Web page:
Programme  OS5b Governing water towards sustainability  abstract 863

An historical perspective of governance to enlighten concerted water management in France

Author(s): Sophie Richard, Thierry Rieu
Sophie Richard,UMR G-Eau, AgroParisTech-ENGREF Thierry Rieu,UMR G-Eau, AgroParisTech-ENGREF

Keyword(s): governance, history, concerted management, water management

Article: abs863_article.pdf
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Session: OS5b Governing water towards sustainability
AbstractThe word “governance” belongs nowadays to a shared international heritage (Theys, 2003) that has been in

current usage by environment managers. Nevertheless, it is still a polysemous concept, influenced by Anglo-Saxon

culture and therefore subject to necessarily diverse and subjective interpretations. Each one crows about or

recommends practising some “good governance”. A detour by the various modalities of its use allows to enlighten

the content and the originality of the concept.

This communication focuses on water governance from an

historical approach and on the main social sciences fields that have taken up this concept: First economists (Coase,

1937 ; Williamson, 1970), followed by the political analysts ( Dye, 1990, Rhodes 1996, Smouts, 1998, Baslé,

2000, Casteigts, 2003) and then by sociologists of organisations (North, 1991 ; Ménard, 2000). This review comes

to defining some key points to analyse and characterise governance in the context of concerted water management in


The notion of “global governance” appears during the 80’s to represent the whole implemented

common rules to reach a structured globalisation. The expression of “good governance” is therefore used by the

international financial institutions to define the “good” public administration criteria in countries undergoing

programmes of structural adjustment. Such a craze would be explained by the proficiency of the concept in talking

politics and polity without saying it (Solagral, 2000).

From a socio-political perspective, public action is

henceforth produced by strong interactions with local governments, private sector and non-governmental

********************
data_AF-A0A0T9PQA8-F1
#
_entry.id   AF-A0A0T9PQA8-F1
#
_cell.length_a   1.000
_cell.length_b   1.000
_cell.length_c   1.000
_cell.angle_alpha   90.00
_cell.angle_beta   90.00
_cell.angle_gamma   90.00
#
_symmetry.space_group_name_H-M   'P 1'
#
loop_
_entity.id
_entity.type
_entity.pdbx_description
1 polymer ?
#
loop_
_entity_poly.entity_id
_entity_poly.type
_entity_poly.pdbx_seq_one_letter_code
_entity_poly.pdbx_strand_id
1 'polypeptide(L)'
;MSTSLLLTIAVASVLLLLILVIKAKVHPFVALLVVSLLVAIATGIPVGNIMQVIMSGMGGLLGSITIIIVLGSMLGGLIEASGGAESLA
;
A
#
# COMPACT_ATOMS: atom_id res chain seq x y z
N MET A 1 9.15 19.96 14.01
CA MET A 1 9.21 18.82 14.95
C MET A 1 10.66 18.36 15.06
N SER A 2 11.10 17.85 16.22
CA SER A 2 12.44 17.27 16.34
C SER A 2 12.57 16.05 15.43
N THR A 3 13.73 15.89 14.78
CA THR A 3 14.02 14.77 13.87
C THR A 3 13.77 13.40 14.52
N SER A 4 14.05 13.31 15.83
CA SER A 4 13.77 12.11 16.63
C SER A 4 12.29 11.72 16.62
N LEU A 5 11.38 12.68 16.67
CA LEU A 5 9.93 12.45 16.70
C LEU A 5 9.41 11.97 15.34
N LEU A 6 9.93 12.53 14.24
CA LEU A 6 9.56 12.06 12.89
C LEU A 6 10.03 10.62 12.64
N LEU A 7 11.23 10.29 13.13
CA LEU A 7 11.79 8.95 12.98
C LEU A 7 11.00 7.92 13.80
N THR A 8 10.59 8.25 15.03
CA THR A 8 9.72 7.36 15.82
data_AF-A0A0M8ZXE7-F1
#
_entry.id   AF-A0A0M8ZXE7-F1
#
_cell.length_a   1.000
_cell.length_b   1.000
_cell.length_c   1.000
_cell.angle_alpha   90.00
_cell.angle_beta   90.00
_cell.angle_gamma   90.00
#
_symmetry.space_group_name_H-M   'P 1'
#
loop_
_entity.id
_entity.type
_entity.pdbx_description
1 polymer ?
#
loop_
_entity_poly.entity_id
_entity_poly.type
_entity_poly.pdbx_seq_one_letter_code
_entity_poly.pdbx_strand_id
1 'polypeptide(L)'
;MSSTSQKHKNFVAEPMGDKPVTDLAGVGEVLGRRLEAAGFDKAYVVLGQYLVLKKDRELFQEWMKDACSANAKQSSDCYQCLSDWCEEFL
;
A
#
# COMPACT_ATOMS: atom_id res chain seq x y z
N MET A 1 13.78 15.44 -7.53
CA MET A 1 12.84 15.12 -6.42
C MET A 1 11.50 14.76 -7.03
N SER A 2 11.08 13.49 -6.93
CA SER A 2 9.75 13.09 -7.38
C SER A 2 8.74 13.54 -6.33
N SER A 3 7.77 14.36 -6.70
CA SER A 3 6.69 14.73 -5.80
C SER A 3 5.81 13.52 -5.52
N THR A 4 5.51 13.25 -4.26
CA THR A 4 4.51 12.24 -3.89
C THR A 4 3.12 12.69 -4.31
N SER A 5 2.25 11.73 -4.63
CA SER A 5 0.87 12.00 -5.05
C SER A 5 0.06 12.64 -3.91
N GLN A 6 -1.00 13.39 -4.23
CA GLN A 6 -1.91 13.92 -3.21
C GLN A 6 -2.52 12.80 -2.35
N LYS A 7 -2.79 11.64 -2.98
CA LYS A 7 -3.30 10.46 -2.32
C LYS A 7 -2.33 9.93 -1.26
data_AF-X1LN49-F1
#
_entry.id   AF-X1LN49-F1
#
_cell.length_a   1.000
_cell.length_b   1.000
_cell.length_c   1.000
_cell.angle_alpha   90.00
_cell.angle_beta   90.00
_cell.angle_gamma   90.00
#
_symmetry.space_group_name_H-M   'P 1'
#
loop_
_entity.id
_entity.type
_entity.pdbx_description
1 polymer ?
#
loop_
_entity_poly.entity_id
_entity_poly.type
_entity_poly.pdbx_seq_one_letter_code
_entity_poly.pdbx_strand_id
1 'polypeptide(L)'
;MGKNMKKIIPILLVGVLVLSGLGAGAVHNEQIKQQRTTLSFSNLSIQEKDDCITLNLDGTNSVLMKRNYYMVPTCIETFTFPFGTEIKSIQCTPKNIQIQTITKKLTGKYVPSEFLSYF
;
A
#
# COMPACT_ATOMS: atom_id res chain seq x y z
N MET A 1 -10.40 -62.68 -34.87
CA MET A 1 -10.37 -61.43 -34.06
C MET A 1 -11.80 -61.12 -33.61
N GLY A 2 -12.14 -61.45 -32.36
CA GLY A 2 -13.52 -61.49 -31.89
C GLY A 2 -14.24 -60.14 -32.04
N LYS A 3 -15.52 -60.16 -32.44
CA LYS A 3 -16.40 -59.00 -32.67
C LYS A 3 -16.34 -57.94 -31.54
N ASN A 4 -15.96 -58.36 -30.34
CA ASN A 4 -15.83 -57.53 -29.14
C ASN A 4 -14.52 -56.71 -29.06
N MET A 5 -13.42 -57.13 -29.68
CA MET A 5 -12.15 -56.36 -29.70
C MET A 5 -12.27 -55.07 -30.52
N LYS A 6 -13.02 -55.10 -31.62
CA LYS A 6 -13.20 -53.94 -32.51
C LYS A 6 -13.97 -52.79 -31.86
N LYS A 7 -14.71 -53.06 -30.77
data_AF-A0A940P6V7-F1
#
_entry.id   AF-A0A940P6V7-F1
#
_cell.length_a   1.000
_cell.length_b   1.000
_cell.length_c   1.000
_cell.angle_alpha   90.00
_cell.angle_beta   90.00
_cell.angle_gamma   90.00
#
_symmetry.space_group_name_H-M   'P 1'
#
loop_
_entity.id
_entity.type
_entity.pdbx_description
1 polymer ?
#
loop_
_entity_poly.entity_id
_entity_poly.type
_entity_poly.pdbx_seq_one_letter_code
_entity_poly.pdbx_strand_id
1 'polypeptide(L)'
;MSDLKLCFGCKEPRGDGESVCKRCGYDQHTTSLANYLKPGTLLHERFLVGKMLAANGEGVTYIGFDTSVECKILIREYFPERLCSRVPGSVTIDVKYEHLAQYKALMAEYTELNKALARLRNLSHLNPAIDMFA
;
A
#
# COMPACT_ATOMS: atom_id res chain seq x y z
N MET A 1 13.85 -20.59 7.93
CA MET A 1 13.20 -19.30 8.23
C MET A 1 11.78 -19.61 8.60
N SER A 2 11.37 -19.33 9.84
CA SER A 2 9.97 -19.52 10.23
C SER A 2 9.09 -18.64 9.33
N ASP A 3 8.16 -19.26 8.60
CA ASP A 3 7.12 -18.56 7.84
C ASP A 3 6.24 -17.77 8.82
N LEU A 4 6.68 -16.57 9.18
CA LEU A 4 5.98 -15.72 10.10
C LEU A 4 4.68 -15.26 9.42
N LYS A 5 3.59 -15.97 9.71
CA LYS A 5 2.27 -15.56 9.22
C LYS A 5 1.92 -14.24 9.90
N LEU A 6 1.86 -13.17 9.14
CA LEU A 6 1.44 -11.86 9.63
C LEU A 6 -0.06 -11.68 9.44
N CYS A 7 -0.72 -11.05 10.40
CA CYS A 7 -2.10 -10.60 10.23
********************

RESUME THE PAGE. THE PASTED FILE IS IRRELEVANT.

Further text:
organisations rather than by a single central government (Rhodes, 1996). Therefore governance allows tackling the

new social co-ordination mechanisms that make public action feasible. It thus can be seen as a continuous process of

co-operation and adaptation between various and conflicting interests, that gives greater importance to both

horizontal co-operation, concerted action and negotiation. This understanding is very close to the way concerted

water management is put into practice in France.

Despite of their apparent diversity, a few main common

points can be drawn from these different uses of the notion of governance, namely: multiplicity of stakeholders,

interdependency among them, necessary search for shared goals and fuzzy borders between public, private and non

-governmental spheres.

These characteristics explain why the environmental field has revealed a so outstanding

laboratory regarding the implementation of new forms of governance and especially in the field of water management.

When looking at a watershed as a territory, it provides the bulk of characteristics of what could is called a new

environmental governance. It appears to be a common, complex, uncertain and risky good (Bouguerra,


This communication mobilises the previous developments to analyse how the French concerted water

management fits in these new forms of governance and produces a grid in four points to analyse governance at a

watershed level.

A discussion and some conclusions are derived from the application of the various criteria,

that were previously selected in the proposed grid, to a concrete study case : the Drôme river SAGE.

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